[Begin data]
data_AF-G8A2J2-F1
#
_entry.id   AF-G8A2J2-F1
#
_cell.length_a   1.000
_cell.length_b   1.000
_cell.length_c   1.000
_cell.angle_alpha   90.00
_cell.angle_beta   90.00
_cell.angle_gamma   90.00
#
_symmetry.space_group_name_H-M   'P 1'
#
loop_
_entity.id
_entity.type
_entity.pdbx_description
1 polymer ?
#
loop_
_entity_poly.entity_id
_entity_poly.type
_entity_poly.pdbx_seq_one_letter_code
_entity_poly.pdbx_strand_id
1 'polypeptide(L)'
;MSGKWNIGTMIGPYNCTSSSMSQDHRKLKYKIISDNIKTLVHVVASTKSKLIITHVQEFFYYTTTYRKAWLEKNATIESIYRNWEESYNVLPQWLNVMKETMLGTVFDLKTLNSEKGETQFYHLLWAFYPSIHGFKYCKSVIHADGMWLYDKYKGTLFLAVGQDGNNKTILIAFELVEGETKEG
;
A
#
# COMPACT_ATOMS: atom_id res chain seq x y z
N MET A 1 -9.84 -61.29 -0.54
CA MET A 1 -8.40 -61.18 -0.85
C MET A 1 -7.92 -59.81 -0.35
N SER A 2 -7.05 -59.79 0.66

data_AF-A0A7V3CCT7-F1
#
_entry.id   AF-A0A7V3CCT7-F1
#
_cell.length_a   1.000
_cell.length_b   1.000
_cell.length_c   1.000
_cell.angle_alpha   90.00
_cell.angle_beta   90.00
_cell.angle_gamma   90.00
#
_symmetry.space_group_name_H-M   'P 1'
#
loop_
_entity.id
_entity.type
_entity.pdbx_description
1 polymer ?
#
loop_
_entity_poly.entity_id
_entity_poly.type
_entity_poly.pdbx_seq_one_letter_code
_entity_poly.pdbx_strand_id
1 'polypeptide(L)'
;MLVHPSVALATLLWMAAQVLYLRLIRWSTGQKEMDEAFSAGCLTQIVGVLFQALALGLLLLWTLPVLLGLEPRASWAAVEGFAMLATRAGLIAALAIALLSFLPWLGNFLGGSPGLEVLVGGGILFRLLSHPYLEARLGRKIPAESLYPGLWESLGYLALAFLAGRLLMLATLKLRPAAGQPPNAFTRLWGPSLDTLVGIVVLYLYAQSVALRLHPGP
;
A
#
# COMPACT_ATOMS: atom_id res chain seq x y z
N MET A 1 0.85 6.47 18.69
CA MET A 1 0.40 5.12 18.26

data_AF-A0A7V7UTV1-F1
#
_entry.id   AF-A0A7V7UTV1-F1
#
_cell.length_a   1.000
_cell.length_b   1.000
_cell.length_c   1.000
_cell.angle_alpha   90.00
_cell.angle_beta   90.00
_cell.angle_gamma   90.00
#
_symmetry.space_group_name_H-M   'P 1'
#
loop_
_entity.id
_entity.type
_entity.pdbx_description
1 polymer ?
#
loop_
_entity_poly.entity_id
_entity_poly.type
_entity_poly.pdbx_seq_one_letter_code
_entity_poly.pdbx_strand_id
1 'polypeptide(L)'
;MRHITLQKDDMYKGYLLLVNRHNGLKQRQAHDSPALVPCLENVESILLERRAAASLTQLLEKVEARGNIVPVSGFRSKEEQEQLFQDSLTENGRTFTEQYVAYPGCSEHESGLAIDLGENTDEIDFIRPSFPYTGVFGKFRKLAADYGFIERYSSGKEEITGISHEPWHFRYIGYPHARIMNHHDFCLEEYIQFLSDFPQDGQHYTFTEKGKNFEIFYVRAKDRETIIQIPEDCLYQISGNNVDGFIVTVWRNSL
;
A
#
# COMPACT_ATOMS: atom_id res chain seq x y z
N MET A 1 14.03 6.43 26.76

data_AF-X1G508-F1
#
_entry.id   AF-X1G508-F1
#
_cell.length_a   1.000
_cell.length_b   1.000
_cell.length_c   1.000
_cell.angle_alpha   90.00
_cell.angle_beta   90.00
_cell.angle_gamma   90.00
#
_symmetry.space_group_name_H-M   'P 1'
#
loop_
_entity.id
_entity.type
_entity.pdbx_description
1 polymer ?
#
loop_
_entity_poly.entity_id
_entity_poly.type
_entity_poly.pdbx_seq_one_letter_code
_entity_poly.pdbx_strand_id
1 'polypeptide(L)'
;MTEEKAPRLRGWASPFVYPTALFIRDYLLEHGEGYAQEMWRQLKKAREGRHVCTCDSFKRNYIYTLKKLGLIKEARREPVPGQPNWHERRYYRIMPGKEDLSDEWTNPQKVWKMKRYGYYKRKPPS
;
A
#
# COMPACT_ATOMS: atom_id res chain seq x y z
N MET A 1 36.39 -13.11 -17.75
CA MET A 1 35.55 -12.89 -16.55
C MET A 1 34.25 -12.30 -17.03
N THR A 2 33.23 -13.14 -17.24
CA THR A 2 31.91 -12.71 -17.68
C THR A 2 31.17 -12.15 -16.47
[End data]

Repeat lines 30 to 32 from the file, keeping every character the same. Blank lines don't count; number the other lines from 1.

# COMPACT_ATOMS: atom_id res chain seq x y z
N MET A 1 -9.84 -61.29 -0.54
CA MET A 1 -8.40 -61.18 -0.85